It's been nearly a fortnight since I posted last. This was because I've been particularly busy lately, not because my mood has swung so low I can't face the keyboard. Just thought I'd let my regular readers know the good news. Anyhoo, onwards.
A couple of weekends ago saw the first Saturday in August, meaning that it was Claymore Saturday. Run by the South East Scotland Wargames Club, Claymore is probably Scotland's largest and certainly Scotland's longest-running wargames convention. It is also caught in something of a timewarp, being essentially a hardcore miniatures games convention.
The event is held in the indoor athletics track at Meadowbank stadium in Edinburgh. When you go in you are confronted by 3 rows of exhibits: a central row of gaming tables flanked on each side by trade stands. There is a real sense of bustle for sure, but the area is cramped and gloomy. And that's all there is to it. There are no other rooms. There is no space for other activities, let alone for gamers to come along and do their own thing.
On top of all that, when you look at what's laid on, well, to be honest, it leaves me pretty cold. The gaming tables are given over to a mixture of demonstration and participation games. I really don't get this demonstration games thing. I mean to say: why should I want to watch other people play their games instead of playing games myself? I simply cannot get my head around the mentality which thinks that this is a worthwhile activity to lay on at a public event.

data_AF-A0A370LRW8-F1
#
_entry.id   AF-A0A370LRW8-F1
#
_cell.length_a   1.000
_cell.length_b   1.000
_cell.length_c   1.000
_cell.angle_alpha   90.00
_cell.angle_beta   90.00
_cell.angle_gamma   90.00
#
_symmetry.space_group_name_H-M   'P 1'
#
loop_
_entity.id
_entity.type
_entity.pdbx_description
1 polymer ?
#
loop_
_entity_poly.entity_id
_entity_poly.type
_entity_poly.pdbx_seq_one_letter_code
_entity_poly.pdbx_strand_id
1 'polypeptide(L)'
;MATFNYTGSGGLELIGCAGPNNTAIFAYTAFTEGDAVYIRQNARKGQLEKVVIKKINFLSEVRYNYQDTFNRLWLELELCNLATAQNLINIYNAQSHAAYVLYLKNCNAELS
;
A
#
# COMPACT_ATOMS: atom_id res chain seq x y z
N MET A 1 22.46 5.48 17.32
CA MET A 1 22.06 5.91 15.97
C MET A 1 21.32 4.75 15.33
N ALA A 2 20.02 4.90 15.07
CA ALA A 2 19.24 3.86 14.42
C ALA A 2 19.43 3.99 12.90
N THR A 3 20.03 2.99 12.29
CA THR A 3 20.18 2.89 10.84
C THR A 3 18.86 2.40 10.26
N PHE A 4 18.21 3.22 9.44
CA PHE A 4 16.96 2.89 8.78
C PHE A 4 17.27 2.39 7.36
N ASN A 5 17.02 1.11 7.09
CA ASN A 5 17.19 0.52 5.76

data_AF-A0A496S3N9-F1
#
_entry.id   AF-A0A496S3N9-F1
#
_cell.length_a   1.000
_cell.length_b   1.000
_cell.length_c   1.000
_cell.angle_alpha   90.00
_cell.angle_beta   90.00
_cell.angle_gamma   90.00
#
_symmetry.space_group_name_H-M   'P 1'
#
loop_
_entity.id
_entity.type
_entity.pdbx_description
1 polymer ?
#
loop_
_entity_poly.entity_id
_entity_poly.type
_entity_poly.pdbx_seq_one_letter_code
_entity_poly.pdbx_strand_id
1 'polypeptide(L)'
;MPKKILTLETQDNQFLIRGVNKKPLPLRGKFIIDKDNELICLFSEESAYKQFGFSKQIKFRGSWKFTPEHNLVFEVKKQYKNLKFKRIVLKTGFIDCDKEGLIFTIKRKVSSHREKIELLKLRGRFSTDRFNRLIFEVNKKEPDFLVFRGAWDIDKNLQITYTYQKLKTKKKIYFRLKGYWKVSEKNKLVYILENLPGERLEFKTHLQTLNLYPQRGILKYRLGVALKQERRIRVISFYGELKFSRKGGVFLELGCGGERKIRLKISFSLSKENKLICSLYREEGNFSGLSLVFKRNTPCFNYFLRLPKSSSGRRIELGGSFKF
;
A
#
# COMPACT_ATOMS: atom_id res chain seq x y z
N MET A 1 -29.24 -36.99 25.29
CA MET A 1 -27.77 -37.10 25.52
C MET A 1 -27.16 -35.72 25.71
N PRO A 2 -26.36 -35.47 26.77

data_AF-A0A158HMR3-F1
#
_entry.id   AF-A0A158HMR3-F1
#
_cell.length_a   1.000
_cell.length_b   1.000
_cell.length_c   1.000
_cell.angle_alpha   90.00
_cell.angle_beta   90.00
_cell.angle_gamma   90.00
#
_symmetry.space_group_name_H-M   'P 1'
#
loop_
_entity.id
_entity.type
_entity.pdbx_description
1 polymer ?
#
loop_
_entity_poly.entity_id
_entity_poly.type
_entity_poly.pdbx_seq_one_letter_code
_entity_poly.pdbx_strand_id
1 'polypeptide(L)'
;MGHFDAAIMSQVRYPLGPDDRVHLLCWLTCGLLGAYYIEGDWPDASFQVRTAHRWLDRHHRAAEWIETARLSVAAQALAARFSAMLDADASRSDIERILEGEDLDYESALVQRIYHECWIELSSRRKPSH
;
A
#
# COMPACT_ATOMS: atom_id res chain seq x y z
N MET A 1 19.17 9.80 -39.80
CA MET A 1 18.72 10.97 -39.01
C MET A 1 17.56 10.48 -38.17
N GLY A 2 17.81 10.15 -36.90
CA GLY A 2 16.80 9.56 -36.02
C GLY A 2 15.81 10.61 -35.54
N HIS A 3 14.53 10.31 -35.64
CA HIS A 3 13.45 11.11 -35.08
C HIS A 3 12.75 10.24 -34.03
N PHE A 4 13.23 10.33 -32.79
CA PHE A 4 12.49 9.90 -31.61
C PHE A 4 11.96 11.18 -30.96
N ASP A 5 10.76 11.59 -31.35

And the participation games are by and large little better. Why do I say that? Because most of the participation games are ongoing games which the public can join in with. That is to say: they are not games designed to be run to completion over a short period. This would seem to me to reduce any members of the public who decide to join such a game to the level of a place-filler in someone else's game.
Now maybe I'm being unfair here. There are a lot of nice models on the tables at Claymore each year, and I can well understand their appeal. I'm even faintly envious of people who have some of the miniatures collections on show. So maybe the visual spectacle itself is indeed an attraction which will help grow the hobby. And likewise not all the participation games look like demonstration games with room for a few people to join in. So maybe they too are an attraction whose power is lost on me.
But year after year I go to Claymore, and I end up feeling the same way: for all its charms, this is a backwater of the wider hobby, a timewarp in which D&D, Warhammer and Mt:G might never have happened. More and more too I find myself wondering if this is exactly what the organisers prefer. Whatever: it's their club and their event, so they can run it as they please. I just think it's a shame that our Scottish gaming community continues to lack the sort of event which represents all aspects of the hobby, which presents them attractively and comfortably, and which- above all- offers people as much time as they'd wish to play as many games as they can fit in.
If Claymore is as unattractive as I'm painting it here, why do I bother going at all? I mean, I typically pay my money at the door and only hang around for an hour or so before finding something else to do. There are several reasons. First is sheer nostalgia. I did my student drop-out days in Edinburgh 20-odd years ago. So the sheer beauty of the city is overlaid with poignant memory. On top of that there is the chance to spend some money, which I did this year naturally enough. Finally- and most importantly- there is the Claymore games bash, where I meet my old buddies, drink beer, and while away the hours playing boardgames until we drop. I wouldn't miss this for the world. This year's session was particularly spectacular. More on that anon.